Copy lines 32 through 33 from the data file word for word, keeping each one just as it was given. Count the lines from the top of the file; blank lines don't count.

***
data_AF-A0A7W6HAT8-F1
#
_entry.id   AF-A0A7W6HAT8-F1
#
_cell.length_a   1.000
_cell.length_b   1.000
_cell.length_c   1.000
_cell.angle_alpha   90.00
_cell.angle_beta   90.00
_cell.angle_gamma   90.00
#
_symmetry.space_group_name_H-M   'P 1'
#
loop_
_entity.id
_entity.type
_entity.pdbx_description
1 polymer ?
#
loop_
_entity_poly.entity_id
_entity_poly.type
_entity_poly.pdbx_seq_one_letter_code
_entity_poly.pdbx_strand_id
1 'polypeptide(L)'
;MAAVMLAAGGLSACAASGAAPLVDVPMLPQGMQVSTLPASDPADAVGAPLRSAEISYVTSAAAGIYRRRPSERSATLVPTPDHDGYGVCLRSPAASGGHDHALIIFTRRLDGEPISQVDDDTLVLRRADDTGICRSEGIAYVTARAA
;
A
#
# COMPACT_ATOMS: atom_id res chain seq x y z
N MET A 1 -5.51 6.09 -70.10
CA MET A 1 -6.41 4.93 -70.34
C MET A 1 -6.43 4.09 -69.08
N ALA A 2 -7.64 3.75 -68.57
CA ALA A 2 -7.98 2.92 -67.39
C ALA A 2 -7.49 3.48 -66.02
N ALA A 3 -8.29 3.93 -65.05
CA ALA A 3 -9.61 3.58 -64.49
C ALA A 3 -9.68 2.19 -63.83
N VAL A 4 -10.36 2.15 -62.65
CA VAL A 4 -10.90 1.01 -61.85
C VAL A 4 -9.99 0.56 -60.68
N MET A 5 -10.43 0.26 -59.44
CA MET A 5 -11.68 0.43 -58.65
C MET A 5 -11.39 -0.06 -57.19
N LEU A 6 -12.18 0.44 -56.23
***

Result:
CA MET A 1 -6.41 4.93 -70.34
C MET A 1 -6.43 4.09 -69.08